The text book used in one of my courses talks about expanding functions in powers of 1/z aka negative powers of z. The problem is that I cannot recall that any previous course taught me/challenged me on how to expand functions in negative powers. For example, Taylor series only have positive powers. Is there a general method of expanding in negative powers, like for Taylor series, or are there at best similar methods for similar functions? I fear I have overlooked something elementary here, because I feel strangely clueless about this one (and Internet searches have made me no wiser). The textbook only gives examples of the results of expansion in 1/z, but never gives any details on how it is done.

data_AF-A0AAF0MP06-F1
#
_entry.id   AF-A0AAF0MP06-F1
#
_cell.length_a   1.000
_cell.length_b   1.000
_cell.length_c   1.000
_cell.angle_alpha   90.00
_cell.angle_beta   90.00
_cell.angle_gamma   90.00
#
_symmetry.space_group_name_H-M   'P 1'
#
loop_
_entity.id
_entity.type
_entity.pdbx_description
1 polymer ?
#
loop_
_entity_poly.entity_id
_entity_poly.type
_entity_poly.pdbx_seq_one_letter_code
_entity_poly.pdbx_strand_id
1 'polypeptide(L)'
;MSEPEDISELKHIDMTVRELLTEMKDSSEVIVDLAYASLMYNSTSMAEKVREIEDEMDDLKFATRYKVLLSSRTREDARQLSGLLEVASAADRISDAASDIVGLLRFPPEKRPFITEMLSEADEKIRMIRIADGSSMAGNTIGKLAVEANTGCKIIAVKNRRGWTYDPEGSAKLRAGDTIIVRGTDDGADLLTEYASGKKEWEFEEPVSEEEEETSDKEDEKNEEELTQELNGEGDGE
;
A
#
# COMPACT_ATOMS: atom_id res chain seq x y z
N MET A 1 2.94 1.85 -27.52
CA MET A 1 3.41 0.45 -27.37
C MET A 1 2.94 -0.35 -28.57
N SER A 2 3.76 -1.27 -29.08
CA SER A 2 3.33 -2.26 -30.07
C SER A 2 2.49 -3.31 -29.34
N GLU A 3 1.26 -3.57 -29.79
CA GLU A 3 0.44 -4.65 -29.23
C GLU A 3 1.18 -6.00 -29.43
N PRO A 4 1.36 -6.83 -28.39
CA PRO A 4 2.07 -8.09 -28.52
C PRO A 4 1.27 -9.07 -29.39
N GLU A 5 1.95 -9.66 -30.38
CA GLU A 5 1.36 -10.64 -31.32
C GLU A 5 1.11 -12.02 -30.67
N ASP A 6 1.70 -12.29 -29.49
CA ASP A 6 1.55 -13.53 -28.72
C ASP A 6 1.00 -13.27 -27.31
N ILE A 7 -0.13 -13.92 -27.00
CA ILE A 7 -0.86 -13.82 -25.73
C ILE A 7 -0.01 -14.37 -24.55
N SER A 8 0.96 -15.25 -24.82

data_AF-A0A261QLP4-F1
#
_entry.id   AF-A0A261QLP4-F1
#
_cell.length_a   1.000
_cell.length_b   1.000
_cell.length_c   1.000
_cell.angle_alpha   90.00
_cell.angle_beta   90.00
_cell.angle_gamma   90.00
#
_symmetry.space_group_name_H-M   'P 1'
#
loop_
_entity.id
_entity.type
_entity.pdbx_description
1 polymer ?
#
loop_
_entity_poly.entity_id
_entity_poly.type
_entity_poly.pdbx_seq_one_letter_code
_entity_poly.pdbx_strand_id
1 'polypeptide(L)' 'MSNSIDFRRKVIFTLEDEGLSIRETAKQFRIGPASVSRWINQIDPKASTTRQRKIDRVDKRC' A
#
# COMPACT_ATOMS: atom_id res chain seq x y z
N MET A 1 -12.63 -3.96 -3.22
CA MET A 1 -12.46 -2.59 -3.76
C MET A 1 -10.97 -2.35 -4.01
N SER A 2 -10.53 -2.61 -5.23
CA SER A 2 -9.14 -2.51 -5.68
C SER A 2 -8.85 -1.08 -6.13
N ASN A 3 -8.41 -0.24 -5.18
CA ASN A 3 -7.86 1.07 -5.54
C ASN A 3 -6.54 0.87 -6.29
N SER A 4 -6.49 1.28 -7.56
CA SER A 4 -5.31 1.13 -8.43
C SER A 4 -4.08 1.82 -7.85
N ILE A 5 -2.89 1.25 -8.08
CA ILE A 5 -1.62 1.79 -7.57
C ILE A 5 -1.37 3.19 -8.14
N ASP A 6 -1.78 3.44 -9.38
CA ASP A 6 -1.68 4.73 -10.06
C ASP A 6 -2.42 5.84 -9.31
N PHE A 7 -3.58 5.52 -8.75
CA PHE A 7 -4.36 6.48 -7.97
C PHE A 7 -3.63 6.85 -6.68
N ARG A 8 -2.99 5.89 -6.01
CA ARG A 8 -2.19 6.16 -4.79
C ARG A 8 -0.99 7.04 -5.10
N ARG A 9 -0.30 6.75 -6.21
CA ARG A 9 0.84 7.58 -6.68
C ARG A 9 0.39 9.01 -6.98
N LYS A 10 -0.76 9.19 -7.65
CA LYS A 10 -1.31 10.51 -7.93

Is this a complex analysis course, or is it something that had complex analysis as a prerequisite? Practically, to calculate these you can often do standard Taylor series calculations [tex]f(x)=\frac{x}{1-x} = \frac{1}{1-1/x}[/tex] we know how to expand 1/(1-1/x) using the Taylor series for 1/(1-x) [tex] f(x) = 1+\frac{1}{x}+\frac{1}{x^2}+\frac{1}{x^3}+...[/tex] and this is valid as long as |x|>1
It's a physics course without physics, if that makes any sense. To answer the question though, complex analysis is a part of the course rather then a prerequisite (e.g. it includes the most basic proofs/definitions for differention of functions of a complex variable). I do recall seeing the Taylor expansion you introduced (in an introductory course in astropysics, as a matter of fact). Anyway, I guess my question has been answered.